The two bigger companies whose supplements I know to be natural are Quantum RX and pure synergy ie vita synergy also harmonic innerprizes do some natural supplements, there is one other I can think of too but is not really a company very small supplement I haven’t got it to hand.’
Just because solgar vitamins are sold at your local health food store, don't think they are any different.
Tuesday, May 13, 2008
Friday, May 9, 2008
Thursday, May 8, 2008
With the rising cost of food and all the food shortages rumored to be happening all over the world it seemed like a good year to grow as much of our own food as possible. Besides you do not know what you are getting in the grocery store these days anyway. We try to buy as much organic as possible but living in a small town that's not always an option. Putting in even a small garden is lot of work. We have so far planted: several varieties of lettuce, squash, 56 green bean plants, potatoes, carrots, radishes, watermelons, a couple different types of peas, onions, more garlic, turnips, jalapeno peppers, broccoli and roma tomatoes. We started all the crops from organic heirloom seeds. The majority of the veggies are planted in a small garden in our backyard. We used some large flower boxes in our front yard for the green beans and the broccoli. We also have several red raspberry bushes we transplanted last year and a couple dozen strawberry plants. Mandi and I both really enjoy growing our own food. Hopefully all the hard work goes along way to sustaining us later in the summer.
Tuesday, May 6, 2008
This is a very moving song. The USA needs a change and needs to go in a new direction. Not the direction the three stooges (Billary, Obama and Mc"insane") are wanting to take us in but a fresh new course. If you seriously want change google Ron Paul I think you will like his message and yes he is still running.
Friday, May 2, 2008
New city program urges clergy to help turn in lawbreakers
By DANA DiFILIPPO
Philadelphia Daily News
Sorry sinners looking for forgiveness can now get more than just words of wisdom from their pastors, rabbis or imams.
They can get a ride to the police station to turn themselves in.
City officials launched the "Peaceful Surrender" program yesterday, in which they exhorted city clergy members to help authorities bring in nearly 68,000 people who have outstanding warrants.
"We want you to utilize the respect that you have in the community and your powers of persuasion to allow us to access folks in a different way," Mayor Nutter told about 150 clergy members who gathered at a breakfast in West Philadelphia to learn about the initiative.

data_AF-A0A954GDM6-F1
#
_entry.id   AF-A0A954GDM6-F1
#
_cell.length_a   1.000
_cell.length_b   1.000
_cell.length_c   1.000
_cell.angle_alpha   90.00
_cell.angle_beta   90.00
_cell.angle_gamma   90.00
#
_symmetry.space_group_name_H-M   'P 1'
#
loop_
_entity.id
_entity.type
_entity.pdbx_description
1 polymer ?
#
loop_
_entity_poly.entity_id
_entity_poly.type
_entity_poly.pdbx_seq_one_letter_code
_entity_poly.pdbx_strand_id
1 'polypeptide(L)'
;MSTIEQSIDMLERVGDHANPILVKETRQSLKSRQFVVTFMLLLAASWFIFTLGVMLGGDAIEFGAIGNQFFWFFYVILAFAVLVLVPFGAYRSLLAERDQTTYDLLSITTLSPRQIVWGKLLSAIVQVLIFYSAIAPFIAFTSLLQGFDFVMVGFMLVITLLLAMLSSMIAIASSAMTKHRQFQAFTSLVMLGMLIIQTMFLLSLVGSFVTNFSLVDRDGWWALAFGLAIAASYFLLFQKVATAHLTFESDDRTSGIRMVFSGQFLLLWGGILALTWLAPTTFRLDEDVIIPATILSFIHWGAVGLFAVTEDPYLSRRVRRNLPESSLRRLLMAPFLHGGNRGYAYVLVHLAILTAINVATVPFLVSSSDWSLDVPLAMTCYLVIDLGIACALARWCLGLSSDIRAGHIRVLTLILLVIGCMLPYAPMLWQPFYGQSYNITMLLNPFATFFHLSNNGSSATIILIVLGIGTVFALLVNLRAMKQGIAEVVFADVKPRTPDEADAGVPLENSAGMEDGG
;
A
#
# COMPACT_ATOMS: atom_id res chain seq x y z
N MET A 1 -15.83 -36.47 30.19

Deputy Mayor Everett Gillison suggested that their goal during the next year should be "a tithe" - 10 percent, or about 6,800, of those wanted.
Some clergy worried that the initiative might interfere with their role as spiritual advisers and their responsibility to guard their confessors' privacy.
But most applauded the initiative's intent. Many warmed to an "amnesty period" suggested by Judge Ronald B. Merriweather, a speaker at the breakfast. A majority - 38,000 - of warrants are for misdemeanor offenses.
"I got a van parked right outside; I can bring you 15 or 20 [wanted people] today," said the Rev. Jeffrey Pennington, of Bethyah Ministries, in Germantown. "But a great number of men in our ministry and homeless shelters are trying to turn their lives around, and they are afraid [of the criminal-justice system]."
Nutter and Gillison agreed to look into the amnesty suggestion. Still, they emphasized that the program's goal is not incarceration, especially in a city with woefully overcrowded prisons. Rather, some offenders can be better helped through job training and other rehabilitation services, Nutter said.
And the amnesty idea seemed at odds with one of Nutter's primary goals: Getting repeat offenders off the street.
"The recidivism rate in Philadelphia is 72 percent - it's the same small population committing the majority of the crimes," Nutter said. "Philadelphia must be a safer city. We can do this the easy way, or we can do this the hard way, but we're going to do this."
Supporters praised the initiative as a surefire way to reduce violence for all involved.
"This will eliminate a potentially dangerous situation, not only for the suspect but for the suspect's family, the neighborhood and the police," said Paul Conway of the Defenders Association. "The clergy sometimes are the first responders when it comes to people in trouble, and when you're charged with a serious crime, you're in trouble."
Judges, police officials and representatives from the District Attorney's Office and the Defenders' Association also attended the breakfast.
The clergy presented former Daily News columnist Chuck Stone, to whom 74 thugs turned themselves in in the 1970s, with an award to thank him for being a "catalyst" and the inspiration for the "Peaceful Surrender" program.